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The Student Loan Mess

How Good Intentions Created a Trillion-Dollar Problem
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Joel Best
University of California Press
eBook Typ:
Adobe Digital Editions
eBook Format:
2 - DRM Adobe

List of Figures and TablesAcknowledgmentsIntroduction1. Good Intentions and Wasted Brainpower: The First Student Loan Mess2. Disillusionment and Deadbeats: The Second Student Loan Mess3. Outrage and Crushing Debt: The Third Student Loan Mess4. Dread and the For-Profit Bubble: The Fourth Student Loan Mess5. What's Next? Prospective Student Loan Messes6. Beyond Making Messes?NotesReferencesIndex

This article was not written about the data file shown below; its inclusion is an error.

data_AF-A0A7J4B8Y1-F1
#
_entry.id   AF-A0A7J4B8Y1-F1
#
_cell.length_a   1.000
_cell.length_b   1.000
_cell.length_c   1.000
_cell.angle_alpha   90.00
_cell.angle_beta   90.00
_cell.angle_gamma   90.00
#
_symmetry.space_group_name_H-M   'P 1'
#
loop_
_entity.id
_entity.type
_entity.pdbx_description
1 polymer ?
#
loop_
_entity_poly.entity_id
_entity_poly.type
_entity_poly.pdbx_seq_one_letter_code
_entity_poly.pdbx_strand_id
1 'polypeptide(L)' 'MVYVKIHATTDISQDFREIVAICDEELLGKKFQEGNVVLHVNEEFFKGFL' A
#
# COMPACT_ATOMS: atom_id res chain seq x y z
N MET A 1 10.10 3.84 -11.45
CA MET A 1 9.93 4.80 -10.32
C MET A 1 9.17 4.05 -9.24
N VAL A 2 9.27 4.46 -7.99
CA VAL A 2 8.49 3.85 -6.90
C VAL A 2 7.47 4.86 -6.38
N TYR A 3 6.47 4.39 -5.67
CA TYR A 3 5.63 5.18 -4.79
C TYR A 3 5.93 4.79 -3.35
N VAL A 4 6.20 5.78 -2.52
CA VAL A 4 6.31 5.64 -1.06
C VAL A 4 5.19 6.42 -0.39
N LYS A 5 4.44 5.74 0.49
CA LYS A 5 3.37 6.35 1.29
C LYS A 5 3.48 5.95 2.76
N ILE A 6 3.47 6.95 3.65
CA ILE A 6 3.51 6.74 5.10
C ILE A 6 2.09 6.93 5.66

This illuminating investigation uncovers the full dimensions of the student loan disaster. A father and son team-one a best-selling sociologist, the other a former banker and current quantitative researcher-probes how we've reached the point at which student loan debt-now exceeding $1 trillion and predicted to reach $2 trillion by 2020-threatens to become the sequel to the mortgage meltdown. In spite of their good intentions, Americans have allowed concerns about deadbeat students, crushing debt, exploitative for-profit colleges, and changing attitudes about the purpose of college education to blind them to a growing crisis. With college costs climbing faster than the cost of living, how can access to higher education remain a central part of the American dream? With more than half of college students carrying an average debt of $27,000 at graduation, what are the prospects for young adults in the current economy? Examining how we've arrived at and how we might extricate ourselves from this grave social problem, The Student Loan Mess is a must-read for everyone concerned about the future of American education. Hard facts about the student loan crisis: . Student loan debt is rising by more than $100 billion every year. . Among recent college students who are supposed to be repaying their loans, more than a third are delinquent. . Because student loans cannot be discharged through bankruptcy, the federal government misleadingly treats student loan debt as a government asset. . Higher default rates, spiraling college costs, and proposals for more generous terms for student borrowers make it increasingly likely that student loan policies will eventually cost taxpayers hundreds of billions of dollars.

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